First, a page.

What Could Not Be Untold

 

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Golden Gate Highlands National Park, South Africa (Photo: redcharlie on Unsplash)

 

“Is that where we’re going?” the boy pointed at the road snaking below. He squinted, hoping to see a car. They’ve walked long. He was tired.

“There,” his father’s finger angled higher, at the cliff. Beyond.

The boy scrunched his lips but kept quiet. Time with his ntate oa was precious. Also, at eight, he did not want to be seen as a baby who should’ve been left home with the women.

The father nodded approval. His son was growing to be obedient and mindful. It was good.

“What’s there?” the boy adjusted the Basotho blanket over his shoulder. He hadn’t been  happy to be told to bring it earlier, but was now that the sun hid.

“Rocks. Earth. Bones. Your ancestors’ homes.”

Khotso nodded. His father was a man of few words, and Khotso knew he was being trusted to understand the power of what could not be untold.

 

 

 

For What Pegman Saw: Free State, South Africa

 

 

21 thoughts on “What Could Not Be Untold

  1. A fine story, Na’ama. You make the characters and their history (and prehistory) very real. They are very solid in your landscape. It’s a wonderful depiction of how the boy is learning to become a man as that is understood in his culture.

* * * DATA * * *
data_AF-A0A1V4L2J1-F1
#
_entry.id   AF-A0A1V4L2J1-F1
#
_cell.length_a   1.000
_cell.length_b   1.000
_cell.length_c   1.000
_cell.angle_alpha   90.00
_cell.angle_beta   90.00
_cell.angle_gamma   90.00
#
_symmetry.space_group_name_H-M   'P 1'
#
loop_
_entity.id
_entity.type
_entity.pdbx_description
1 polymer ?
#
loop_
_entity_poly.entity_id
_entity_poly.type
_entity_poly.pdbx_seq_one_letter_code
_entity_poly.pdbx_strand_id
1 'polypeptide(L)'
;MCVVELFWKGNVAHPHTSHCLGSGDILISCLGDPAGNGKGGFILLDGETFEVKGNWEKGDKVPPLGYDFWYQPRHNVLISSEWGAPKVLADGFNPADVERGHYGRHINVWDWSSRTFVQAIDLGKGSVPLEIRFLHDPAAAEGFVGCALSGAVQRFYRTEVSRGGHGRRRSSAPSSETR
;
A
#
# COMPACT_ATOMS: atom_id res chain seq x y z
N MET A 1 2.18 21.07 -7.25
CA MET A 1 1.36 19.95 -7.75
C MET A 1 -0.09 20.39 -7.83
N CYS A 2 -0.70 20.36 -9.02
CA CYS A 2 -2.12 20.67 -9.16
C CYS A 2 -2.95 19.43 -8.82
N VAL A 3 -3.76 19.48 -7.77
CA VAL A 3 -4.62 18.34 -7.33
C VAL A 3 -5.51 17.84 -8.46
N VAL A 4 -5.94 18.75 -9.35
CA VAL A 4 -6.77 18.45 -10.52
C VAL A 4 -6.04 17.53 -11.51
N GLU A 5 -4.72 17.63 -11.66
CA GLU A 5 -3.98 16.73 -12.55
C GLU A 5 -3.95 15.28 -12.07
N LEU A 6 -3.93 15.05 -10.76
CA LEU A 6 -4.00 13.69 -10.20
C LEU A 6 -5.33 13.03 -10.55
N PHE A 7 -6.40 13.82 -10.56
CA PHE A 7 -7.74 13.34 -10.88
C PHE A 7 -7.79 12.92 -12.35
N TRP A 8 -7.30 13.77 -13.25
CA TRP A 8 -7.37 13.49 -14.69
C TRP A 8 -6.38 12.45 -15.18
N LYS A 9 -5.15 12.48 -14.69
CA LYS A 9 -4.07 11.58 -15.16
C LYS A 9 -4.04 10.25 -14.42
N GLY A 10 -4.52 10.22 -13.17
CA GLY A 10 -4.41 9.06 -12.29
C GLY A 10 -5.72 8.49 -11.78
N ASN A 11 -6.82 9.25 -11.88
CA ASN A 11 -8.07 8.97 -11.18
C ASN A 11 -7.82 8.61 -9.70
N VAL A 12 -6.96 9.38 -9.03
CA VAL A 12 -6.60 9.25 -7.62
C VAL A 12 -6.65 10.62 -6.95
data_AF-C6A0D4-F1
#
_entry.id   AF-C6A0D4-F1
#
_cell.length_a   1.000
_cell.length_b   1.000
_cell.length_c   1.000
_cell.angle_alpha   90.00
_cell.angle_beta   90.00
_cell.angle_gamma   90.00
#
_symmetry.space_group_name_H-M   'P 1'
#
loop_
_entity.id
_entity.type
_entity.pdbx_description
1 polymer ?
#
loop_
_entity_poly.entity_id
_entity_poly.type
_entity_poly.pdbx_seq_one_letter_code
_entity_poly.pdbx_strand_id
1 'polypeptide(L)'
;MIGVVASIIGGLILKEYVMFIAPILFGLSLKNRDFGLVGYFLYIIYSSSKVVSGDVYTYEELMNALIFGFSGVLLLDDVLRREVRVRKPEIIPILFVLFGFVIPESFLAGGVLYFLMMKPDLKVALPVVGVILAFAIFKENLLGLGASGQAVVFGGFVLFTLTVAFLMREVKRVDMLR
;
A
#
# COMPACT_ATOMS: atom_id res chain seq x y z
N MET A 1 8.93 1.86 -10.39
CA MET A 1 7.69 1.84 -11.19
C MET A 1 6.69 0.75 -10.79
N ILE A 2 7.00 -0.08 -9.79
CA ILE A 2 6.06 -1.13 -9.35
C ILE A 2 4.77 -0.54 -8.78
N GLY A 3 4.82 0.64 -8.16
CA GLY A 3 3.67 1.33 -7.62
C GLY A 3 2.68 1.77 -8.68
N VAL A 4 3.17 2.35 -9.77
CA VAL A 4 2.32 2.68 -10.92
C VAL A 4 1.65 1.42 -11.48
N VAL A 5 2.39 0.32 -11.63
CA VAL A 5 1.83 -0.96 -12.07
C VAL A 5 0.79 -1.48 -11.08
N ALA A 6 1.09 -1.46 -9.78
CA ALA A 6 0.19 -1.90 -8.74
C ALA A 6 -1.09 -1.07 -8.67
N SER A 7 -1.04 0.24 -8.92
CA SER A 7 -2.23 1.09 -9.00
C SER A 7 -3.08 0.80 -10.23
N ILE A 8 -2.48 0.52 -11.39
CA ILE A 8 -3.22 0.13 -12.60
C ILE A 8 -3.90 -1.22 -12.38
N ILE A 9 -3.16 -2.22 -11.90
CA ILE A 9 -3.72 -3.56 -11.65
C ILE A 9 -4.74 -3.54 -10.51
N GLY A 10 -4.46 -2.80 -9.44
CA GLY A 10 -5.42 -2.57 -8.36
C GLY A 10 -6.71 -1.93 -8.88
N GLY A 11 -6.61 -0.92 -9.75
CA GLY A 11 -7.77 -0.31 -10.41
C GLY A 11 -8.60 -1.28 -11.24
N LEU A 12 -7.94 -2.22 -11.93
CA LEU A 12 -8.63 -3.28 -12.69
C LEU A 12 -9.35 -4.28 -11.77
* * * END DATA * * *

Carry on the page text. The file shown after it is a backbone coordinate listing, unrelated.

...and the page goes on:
Liked by 1 person

  2. Wonderful hints at the relationship between son and father, and at the cultural practices that have meaning to them. I especially like the concept of the power of what cannot be untold. I have seen more often the idea of the power of what cannot be told, but to imagine the next step — where once told there is no going back — takes it to another level.

    Liked by 1 person

    • Thank you, Joy! I am glad that the concept of the power residing in the untold, was communicated. Words, once said, cannot be undone. Often times this is a reason to say them. Sometimes it is a reason to not. When it comes to history, the balance is often difficult to find, harder still to hold. Also, and perhaps especially for us writers, the power of the experience, sometimes sans words, can lead to stories that would otherwise be forced, in some way, into a different meaning that one might have if they let their own senses create theirs. And so it goes …
      🙂
      Na’ama

      Liked by 1 person

      • What an excellent point, that the fact that something cannot be unsaid or unheard is sometimes more reason to say it and sometimes more reason not to. Knowing the difference is a type of wisdom I don’t think I can claim yet.

        Liked by 1 person

      • 🙂 Yeah, I think knowing our limits is a kind of wisdom, too. I mean, we have the comparison in those who are bombastic and seem to need everyone to believe that they are ‘tremendously’ perfect, when anyone with ears and even sort-of-working moral compass can hear the emptiness echoing in these persons’ heart and mind …
        Me? I’m a work in progress, and I still say a lot more than I should, and withhold some of what I shouldn’t. I hope that awareness will help balance out things better … 😉

        Liked by 1 person

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